By Michael J. Sacopulos, JD
More than 80% of medical clinics have reported experiencing employee theft.
We read about it in the papers or see it on the news all too often.
It is employee theft, and if you think it can’t happen to you, you’re likely wrong or at least naïve.
More than 80% of medical clinics have reported experiencing employee theft, and this may be an underestimation as it only includes those physicians who have caught their employees stealing.
There are a multitude of ways that your employees may be stealing from you. Some involve cash, and others involve pilfering products or offering cut-rate services on the sneak tip with your products.
Cash is King
We are a credit card—soon to be smartphone—paying nation, yet a surprising number of patients are still using cash for procedures like Botox and laser skin rejuvenation—and even for surgeries.
Clinicians may be offering your patients a discount if they pay with cash behind your back and behind closed doors.
Or your employee could be taking the cash, then paying the amount with their credit card, thus cashing in on personal reward points. Meanwhile you’re stuck paying the credit card fees.
Another scenario: The employee could pocket the cash payments and charge the Botox, filler products, or services to someone else’s credit card.
“Some practices also have acronym names. People can write a check to those acronyms,” explains Jay A. Shorr, a managing partner at The Best Medical Business Solutions Inc in Sunrise, Fla. “There is nothing preventing someone from opening a business with that acronym and depositing those checks in their account.”
Stop Thief Tip 1: Use two-part receipts. Your office will keep the yellow one with the cash, paper-clipped to the slip. Compare these with the daily transaction and deletion report.
Staff members may be inappropriately using your office and its supplies for personal gain. They may oversell injections and hold some back, dilute product with saline, or directly steal. Next, they attempt to siphon your patients to their home by offering services at a discounted rate. How many times have you read about back-alley injections gone wrong? They have to get the product from somewhere!
Remember the last time you went to Wal-Mart and the computer rang up a different amount than what was labeled? After you alerted the cashier, they had blinked their light to call for the assistance of a customer service manager.
This measure, while annoying and time-consuming (especially to those waiting behind you in line) can prevent back-alley deals. If staff members just delete or modify product or patient injection/treatment records, you may never know what’s missing.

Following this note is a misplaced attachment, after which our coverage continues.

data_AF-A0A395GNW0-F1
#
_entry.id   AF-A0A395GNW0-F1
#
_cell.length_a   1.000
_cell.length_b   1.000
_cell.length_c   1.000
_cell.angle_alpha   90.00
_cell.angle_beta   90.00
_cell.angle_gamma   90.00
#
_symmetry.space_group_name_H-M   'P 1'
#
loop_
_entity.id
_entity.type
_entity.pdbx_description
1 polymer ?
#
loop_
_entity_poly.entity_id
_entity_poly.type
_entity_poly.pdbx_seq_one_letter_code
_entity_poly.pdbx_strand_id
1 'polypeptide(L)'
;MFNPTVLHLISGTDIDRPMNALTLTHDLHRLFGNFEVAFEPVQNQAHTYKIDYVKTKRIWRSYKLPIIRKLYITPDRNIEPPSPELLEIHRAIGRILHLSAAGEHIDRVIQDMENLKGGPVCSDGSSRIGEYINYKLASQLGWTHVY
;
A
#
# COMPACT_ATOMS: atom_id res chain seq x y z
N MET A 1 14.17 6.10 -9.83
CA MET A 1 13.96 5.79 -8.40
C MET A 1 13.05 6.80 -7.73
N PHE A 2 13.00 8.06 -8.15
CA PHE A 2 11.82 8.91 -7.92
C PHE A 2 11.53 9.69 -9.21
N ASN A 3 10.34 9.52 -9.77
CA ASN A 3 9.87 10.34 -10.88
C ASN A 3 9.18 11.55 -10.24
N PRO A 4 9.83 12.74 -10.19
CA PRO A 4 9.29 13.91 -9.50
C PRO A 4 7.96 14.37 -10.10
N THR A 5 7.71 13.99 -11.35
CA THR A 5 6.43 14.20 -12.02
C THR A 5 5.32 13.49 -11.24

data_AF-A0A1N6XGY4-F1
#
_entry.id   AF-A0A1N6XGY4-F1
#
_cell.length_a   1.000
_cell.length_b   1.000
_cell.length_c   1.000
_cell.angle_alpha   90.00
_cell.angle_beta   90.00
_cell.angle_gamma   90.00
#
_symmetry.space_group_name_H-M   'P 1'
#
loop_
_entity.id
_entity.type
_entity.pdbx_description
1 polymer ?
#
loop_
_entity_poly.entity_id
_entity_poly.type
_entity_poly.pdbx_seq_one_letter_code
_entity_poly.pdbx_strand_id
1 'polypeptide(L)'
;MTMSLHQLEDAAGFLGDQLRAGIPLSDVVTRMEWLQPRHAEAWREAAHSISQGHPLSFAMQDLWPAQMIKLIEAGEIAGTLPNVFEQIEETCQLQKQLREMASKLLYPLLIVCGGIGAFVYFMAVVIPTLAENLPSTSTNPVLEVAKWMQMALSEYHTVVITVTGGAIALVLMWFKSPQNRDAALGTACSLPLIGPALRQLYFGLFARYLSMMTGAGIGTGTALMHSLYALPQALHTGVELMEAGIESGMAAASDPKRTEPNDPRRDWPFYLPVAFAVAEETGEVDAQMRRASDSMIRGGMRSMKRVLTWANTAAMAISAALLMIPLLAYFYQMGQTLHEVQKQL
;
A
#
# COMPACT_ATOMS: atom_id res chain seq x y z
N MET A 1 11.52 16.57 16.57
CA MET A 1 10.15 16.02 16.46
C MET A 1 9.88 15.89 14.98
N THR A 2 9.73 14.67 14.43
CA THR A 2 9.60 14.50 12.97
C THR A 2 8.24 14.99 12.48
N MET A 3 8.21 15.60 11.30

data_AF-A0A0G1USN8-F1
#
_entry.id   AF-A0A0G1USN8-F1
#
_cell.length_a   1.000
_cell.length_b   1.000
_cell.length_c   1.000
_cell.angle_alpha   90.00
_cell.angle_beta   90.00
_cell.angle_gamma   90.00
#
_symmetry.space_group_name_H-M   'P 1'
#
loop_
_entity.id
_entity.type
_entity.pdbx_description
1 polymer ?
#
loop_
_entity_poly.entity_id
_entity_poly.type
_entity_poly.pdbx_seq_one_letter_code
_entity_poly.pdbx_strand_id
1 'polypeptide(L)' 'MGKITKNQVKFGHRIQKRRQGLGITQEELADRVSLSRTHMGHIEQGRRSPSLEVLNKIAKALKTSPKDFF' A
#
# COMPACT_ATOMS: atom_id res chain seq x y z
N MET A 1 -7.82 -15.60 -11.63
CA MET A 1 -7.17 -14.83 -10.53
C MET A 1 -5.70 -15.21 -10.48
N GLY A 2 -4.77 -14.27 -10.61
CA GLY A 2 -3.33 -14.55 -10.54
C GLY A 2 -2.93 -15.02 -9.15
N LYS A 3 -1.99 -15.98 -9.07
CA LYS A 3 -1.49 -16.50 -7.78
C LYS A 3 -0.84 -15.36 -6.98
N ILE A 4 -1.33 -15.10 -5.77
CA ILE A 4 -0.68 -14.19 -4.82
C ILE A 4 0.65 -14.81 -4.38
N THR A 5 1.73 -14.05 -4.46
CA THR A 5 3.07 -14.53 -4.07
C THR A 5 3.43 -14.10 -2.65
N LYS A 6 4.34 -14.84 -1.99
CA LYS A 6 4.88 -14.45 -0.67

Stop Thief Tip 2: Consider restricting access to any modifications or deletions.
Also, be wary of front desk staff who are too familiar with suppliers. They may be having items shipped to the office, but paying from their own account and then using the supplies themselves.
Stop Thief Tip 3: Conduct random inventory audits and keep a limited stock. You can take it one step further by securing your inventory and jotting down units consumed per vial. Your electronic medical records software may well have the ability to help you track inventory.
Remember, most dishonest employees start small by testing the waters. If you notice ANY irregularity, investigate it thoroughly. By doing so, you are sending a clear message that you are having a zero-tolerance policy.
Read Between the Lines: Insurance Coverage for Theft
There are other ways to protect your practice from employee theft, including adequate insurance coverage.
Your standard office insurance policy may have anywhere from $10,000 to $50,000 included for employee theft.
|Michael J. Sacopulos, JD, is the CEO of Medical Risk Institute (MRI) and serves as General Counsel for Medical Justice Services. He is also the Legal Analyst for several national publications, including Plastic Surgery Practice. He may be reached via PSPeditor@allied360.com.|
Expect to see the smaller limit of $10,000. The caveat is there may be a separate list for money and securities.
Terre Haute, Ind-based Old National Insurance Account Executive Russ Williamson recommends checking the broad form of the extension on your property coverage. He says it will have a list of 100 things you may never use, but one important thing to look for on this list is employee theft.
“You may also want to look at the limit, not only for cash on hand, but what they have access to in your bank account,” he says. Another related issue is computer fraud and computer liability. “The computer portion of employee theft is often times excluded, so you may need a cyber liability policy too.”